|Location||Brno, Czech Republic|
A1 Grand Prix
Formula 3 Euro Series
Deutsche Tourenwagen Masters
FIA GT1 World Championship
Superbike World Championship
FIA World Touring Car Championship
|Permanent Circuit (1987–present)|
|Length||5.403 km (3.357 mi)|
|Turns||15 (9 right, 6 left)|
|Lap record||1:39.089 (Ingo Gerstl, TopSpeed, BOSS GP, 2015)|
|4th Road Circuit (1975–1986)|
|Length||10.925 km (6.789 mi)|
|Lap record||3:29.91 (Johnny Cecotto, Yamaha, 1977, 500cc/MotoGP)|
|3rd Road Circuit (1964–1974)|
|Length||13.941 km (8.663 mi)|
|Lap record||4:59.1 (Jochen Mass, Ford Capri RS 2600, 1972, Touring cars)|
|2nd Road Circuit (1949–1963)|
|Length||17.800 km (11.061 mi)|
|Lap record||8:03.0 (B.Bira/Toulo de Graffenried, Both Maserati, 1949, Grand Prix)|
|Original Road Circuit (1930–1948)|
|Length||29.142 km (18.109 mi)|
|Lap record||11:59.3 (Rudolf Caracciola, Mercedes, 1937, Grand Prix)|
The Masaryk circuit (Czech: Masarykův okruh) or Masarykring, now referred to as the Brno Circuit, refers to two motorsport race tracks located close to the city of Brno, Czech Republic The original street circuit was made up of public roads, and at its longest measured nearly 19 miles (31 km). In the 1930s, events such as the Masaryk Grand Prix attracted top teams and drivers. The track is named after the first president of Czechoslovakia, Tomáš Masaryk. Racing on the old roads ended after 1986, when the new (current) circuit was opened.
The annual Motorcycle Grand Prix of the Czech Republic is the circuit's most important event. It is held here since 1950 and is the most famous motor race in the Czech Republic. Championship is part of the World Grand Prix since 1965.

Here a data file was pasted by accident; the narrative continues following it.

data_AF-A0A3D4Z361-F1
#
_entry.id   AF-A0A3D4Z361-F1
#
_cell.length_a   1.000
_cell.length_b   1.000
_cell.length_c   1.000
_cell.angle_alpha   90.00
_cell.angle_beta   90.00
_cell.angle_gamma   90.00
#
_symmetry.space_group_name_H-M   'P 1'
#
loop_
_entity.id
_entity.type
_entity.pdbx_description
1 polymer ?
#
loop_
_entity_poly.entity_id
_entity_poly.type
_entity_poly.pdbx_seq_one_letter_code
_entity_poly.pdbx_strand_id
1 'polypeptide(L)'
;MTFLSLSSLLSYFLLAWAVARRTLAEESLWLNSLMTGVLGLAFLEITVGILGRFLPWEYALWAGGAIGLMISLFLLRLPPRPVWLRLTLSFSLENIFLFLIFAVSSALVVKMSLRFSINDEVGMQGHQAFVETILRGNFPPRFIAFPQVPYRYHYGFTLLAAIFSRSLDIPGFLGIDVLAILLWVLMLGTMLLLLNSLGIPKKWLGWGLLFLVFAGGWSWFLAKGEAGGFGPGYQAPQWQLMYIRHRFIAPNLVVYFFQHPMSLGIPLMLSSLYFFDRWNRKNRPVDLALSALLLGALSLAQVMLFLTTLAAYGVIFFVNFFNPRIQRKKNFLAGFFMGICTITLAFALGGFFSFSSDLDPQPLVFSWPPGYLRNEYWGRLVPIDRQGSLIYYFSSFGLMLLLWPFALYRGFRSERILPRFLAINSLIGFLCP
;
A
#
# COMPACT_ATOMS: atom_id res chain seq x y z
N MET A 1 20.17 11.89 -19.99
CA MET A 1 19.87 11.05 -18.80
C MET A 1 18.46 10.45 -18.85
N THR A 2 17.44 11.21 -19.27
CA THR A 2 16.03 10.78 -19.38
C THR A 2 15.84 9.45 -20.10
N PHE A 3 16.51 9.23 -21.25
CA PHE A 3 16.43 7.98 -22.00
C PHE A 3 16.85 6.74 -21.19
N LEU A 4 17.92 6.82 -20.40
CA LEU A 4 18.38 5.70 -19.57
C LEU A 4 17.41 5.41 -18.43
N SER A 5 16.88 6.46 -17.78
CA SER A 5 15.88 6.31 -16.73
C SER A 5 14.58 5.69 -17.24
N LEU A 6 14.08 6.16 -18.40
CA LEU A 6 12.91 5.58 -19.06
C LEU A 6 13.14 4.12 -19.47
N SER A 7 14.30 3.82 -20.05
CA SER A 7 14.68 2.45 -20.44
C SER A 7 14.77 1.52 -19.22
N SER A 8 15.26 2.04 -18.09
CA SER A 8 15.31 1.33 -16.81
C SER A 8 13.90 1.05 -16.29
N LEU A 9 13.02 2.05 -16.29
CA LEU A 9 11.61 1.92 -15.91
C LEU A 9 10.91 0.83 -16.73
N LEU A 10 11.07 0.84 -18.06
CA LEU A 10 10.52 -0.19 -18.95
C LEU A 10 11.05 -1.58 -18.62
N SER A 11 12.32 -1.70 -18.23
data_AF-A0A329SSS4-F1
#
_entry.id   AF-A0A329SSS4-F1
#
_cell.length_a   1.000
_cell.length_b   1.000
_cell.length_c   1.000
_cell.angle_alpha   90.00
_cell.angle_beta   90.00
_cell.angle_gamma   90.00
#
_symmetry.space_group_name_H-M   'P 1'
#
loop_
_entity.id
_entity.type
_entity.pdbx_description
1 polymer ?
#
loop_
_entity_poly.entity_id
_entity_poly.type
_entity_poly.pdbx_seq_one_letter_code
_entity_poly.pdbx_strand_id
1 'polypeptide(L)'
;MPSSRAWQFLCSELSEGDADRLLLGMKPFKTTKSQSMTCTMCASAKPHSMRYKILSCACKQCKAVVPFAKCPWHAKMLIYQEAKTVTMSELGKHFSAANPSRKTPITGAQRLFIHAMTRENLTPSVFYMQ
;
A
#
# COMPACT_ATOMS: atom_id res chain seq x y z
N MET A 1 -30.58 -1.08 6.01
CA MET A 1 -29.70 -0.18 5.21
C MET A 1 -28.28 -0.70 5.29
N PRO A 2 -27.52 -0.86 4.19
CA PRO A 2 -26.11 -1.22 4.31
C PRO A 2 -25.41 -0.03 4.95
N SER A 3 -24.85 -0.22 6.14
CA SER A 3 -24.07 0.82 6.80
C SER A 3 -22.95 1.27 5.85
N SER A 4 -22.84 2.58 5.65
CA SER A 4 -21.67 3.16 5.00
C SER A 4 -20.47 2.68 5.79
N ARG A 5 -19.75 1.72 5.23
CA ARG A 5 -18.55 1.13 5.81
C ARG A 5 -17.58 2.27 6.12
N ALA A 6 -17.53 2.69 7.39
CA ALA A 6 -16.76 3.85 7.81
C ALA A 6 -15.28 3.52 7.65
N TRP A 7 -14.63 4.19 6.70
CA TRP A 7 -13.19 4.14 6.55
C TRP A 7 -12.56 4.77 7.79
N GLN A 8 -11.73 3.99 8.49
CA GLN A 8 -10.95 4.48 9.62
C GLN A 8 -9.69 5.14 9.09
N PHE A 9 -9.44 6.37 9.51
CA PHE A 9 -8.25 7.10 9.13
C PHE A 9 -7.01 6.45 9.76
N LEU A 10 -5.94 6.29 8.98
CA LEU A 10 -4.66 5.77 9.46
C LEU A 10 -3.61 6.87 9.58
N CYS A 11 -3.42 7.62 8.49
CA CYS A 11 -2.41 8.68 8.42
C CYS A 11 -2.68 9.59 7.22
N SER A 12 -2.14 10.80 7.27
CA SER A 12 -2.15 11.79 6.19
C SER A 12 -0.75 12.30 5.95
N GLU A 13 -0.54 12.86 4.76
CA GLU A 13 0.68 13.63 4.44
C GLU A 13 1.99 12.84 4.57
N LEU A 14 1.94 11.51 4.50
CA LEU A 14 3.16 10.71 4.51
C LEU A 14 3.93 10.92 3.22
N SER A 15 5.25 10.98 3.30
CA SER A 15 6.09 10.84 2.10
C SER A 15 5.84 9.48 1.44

The Czech Republic Motorcycle Grand Prix has always been more of a promoter event than a profit-raiser in itself, tobacco advertising has been banned since 2007.
The original layout ran anti-clockwise on approximately 31 km (19 mi) of public roads west of Brno, including the villages of Bosonohy and Žebětín. From 1930 to 1937, the Masaryk Grand Prix attracted some of the top drivers and teams.
The renamed Czechoslovakian Grand Prix in 1949 was run clockwise on a shorter 17.8 km (11.1 mi) layout around Kohoutovice. In spite of a crowd in excess of 400,000 people, this would be the last Grand Prix for cars on the old circuit.
Beginning in 1950, the circuit played host to the Czechoslovakian motorcycle Grand Prix, which became a world championship event from 1965 to 1982. The circuit had been again reduced in length to 13.94 km (8.66 mi) in 1964. The European Touring Car series visited in the 1980s, by which time the circuit had been finally reduced to 10.92 km (6.79 mi) in 1975.
The current permanent road racing circuit was opened in 1987. It lies north of Kyvalka, within the bounds of the circuit used in the 1930s, but not incorporating any of the public roads. The motorcycle race moved to the new circuit and regained its status as a round of the world championship. A World Sports Car Championship race was held in 1988, and a round of the A1 Grand Prix series in 2006. It is also the location of 6 Hours of Brno.
- "Brno extends MotoGP contract until 2013". MotoGP.com. Dorna Sports. 5 November 2008. Retrieved 5 September 2011.<templatestyles src="Module:Citation/CS1/styles.css"></templatestyles>
|Wikimedia Commons has media related to Masaryk Circuit.|
- Official Webpage
- Map and circuit history at RacingCircuits.info
- Maps of the old track
- Trackpedia's guide to driving the Brno circuit
- The best place to stand at Automotodrom Brno
- Satellite picture from Google Maps
- Other track in the Czech republic
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